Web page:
“With a cash-strapped medical system where elder care, home care and pharmacare are grossly underfunded, it might be worthwhile to pursue less costly options,” wrote York University PhD candidate Alana Cattapan in the Toronto Star April 14. “By promoting the use of single-embryo transfer regardless of the source of funding, and increasing transparency about the high cost of privately provided fertility treatments in Canada, ‘affordability’, ‘access’ and ‘the health and safety of patients and their babies’ might better be achieved.” Read full story.
Schulich’s entrepreneur-in-residence shares success stories and screw-ups
In January, serial entrepreneur Chris Carder became the first entrepreneur-in-residence at York University’s Schulich School of Business, reported The Globe and Mail April 15. He is currently the co-founder at Kinetic Café, a design and technology lab that he started with co-founders David Dougherty and Gary Fung. Read full story.
High frequency talker: Author of ‘Flash Boys’ has succeeded in demonizing an innovation that saves investors $9-billion a year
As emphasized by Douglas Cumming at York University’s Schulich School of Business on this page recently, Michael Lewis focuses on a single aspect of high frequency trading (HFT) that seems to have some institutional traders’ knickers in a knot, reported the Financial Post April 14. The assertion is that HFT detects the placing of a block order and trades ahead of it to earn a profit on the increase in price caused by the placing of the order. Read full story.
Total lunar eclipse to occur tonight; visible across Canada
“The reddish appearance of the Moon is caused by sunlight diffracting, or bending, around and through the Earth’s atmosphere, and then striking the Moon,” explained Jesse Rogerson, an astronomer at the York University Observatory, in Sun News April 14. Read full story.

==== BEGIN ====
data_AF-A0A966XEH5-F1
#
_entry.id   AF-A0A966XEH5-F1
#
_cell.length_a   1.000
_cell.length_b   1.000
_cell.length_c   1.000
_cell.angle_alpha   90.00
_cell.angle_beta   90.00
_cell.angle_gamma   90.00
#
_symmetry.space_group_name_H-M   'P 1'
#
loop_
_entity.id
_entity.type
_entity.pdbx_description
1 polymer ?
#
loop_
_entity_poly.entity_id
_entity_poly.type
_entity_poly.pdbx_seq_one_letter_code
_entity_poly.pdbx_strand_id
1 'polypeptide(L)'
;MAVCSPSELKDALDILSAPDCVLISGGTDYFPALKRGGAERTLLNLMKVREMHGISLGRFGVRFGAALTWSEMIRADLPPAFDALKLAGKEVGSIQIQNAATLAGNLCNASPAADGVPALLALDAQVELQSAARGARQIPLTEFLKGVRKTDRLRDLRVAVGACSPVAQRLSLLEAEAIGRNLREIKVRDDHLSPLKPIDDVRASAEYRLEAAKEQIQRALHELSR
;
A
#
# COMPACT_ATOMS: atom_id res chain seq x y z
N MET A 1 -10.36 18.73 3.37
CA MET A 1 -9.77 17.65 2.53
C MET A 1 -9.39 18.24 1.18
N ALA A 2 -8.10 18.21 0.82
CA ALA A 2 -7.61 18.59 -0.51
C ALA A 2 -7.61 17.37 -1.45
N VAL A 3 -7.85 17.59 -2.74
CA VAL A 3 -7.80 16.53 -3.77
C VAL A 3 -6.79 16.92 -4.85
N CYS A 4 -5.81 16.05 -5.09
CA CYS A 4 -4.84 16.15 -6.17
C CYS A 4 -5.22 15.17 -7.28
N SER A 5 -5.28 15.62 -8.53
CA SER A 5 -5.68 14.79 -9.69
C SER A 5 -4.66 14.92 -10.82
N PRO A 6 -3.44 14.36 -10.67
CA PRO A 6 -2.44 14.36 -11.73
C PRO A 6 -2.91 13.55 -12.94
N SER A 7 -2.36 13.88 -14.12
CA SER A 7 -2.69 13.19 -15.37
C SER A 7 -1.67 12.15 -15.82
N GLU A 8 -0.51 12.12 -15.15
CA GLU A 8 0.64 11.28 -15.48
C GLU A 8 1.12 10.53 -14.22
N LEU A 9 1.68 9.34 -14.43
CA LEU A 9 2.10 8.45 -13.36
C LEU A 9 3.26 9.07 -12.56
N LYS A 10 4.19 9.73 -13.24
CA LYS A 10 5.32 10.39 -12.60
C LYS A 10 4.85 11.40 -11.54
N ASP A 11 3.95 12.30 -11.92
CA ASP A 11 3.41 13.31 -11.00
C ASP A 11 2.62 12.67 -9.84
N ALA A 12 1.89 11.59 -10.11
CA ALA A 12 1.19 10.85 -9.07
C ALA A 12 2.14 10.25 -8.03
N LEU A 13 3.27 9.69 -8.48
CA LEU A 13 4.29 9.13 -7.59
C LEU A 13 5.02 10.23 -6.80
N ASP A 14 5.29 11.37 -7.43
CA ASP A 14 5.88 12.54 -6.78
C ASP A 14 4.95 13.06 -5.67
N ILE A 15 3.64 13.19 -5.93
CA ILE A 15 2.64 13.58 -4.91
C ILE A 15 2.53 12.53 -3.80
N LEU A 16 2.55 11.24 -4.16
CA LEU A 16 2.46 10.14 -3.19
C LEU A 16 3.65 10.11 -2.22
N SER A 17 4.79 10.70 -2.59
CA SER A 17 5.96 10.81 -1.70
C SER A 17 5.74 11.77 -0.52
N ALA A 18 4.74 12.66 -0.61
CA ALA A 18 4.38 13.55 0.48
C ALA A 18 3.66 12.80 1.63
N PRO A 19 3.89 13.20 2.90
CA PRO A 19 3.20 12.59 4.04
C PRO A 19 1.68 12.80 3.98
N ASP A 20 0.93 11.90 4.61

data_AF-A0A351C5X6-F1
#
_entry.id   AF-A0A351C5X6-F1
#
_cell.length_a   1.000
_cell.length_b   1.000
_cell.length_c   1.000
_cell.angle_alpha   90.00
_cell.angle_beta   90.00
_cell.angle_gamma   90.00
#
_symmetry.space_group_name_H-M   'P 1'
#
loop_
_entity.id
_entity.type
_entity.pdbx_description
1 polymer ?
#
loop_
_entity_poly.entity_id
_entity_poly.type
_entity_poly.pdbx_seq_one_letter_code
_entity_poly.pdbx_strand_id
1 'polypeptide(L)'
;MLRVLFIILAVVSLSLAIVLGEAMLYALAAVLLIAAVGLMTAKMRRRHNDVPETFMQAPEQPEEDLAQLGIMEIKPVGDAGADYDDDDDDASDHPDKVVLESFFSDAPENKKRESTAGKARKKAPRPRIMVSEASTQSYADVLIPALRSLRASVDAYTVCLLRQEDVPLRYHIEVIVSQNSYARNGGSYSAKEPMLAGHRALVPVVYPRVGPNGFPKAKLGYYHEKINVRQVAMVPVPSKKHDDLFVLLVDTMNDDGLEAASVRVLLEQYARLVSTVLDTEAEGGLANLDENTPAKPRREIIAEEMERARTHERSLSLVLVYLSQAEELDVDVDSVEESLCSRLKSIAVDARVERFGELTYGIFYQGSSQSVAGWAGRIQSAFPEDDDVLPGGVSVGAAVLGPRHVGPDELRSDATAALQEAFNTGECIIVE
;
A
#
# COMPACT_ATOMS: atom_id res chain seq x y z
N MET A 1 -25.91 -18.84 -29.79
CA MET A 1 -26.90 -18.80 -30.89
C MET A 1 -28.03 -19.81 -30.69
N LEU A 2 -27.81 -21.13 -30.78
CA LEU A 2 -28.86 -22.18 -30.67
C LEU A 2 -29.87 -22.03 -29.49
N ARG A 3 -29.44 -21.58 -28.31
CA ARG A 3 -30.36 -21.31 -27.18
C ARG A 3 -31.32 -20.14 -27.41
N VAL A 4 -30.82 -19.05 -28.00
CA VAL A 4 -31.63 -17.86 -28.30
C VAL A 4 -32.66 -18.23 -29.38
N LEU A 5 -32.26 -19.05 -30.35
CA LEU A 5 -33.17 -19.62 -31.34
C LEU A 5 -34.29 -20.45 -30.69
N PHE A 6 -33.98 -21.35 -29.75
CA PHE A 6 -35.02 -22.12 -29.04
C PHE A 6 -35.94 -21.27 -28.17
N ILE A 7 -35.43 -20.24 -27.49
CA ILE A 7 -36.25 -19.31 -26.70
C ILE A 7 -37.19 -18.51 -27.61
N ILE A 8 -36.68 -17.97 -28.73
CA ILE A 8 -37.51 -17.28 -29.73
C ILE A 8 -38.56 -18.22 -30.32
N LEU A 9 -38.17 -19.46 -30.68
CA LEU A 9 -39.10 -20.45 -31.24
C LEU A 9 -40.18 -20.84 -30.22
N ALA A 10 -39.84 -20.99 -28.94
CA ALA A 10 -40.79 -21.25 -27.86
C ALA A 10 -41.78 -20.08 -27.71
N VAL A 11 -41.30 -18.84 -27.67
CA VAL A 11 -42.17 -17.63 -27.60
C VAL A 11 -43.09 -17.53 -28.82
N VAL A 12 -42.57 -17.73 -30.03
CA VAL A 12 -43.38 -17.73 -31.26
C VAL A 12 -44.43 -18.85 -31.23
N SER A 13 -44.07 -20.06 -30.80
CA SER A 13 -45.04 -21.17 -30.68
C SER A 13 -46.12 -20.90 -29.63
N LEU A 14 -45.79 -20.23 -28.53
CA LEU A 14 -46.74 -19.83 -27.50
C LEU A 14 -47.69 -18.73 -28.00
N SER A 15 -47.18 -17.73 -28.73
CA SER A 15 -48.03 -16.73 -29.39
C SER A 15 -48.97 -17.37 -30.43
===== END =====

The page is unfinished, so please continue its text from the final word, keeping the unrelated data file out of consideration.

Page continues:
Professor proposes cheap longevity insurance design
A Canadian finance professor has come up with a way of making lifetime annuities affordable by designing them so they only pay out if the market does badly. According to Moshe A. Milevsky of York University, Toronto, while lifetime and deferred lifetime annuities solve the problem of longevity risk, they are “bloody expensive”. His solution is the “return contingent life annuity”, reported the Financial Standard April 15. Read full story.
Middle Eastern scholar discusses democracy, nonviolence in Iran
York University Professor Ramin Jahanbegloo, who holds the York-Noor Visiting Chair in Islamic Studies, gave a lecture on democracy and nonviolence in Iran at the University of Georgia’s Hirsch Hall on Monday afternoon, reported the Red & Black April 14. . . . In 2009, Jahanbegloo won the Peace Prize from the United Nations Association in Spain for his work in promoting dialogue between cultures and advocacy for nonviolence. Read full story.
Trying to be perfect could be ruining your health: It can trigger heart disease, IBS and insomnia – and some experts say it could even be as bad for you as smoking
It’s estimated that two in five of us display perfectionist tendencies. And thanks to social media, such as Facebook and Twitter, increasing numbers are concerned about being – or appearing to be – perfect, said York University psychology Professor Gordon Flett in the Daily Mail April 15. “It’s natural to want to be a perfectionist in one area of your life, such as your job,” he said. “But when it becomes an obsessive need for the perfect job, child, relationship, bank balance and body, it causes extreme stress and can affect not only relationships, but your health.” Read full story.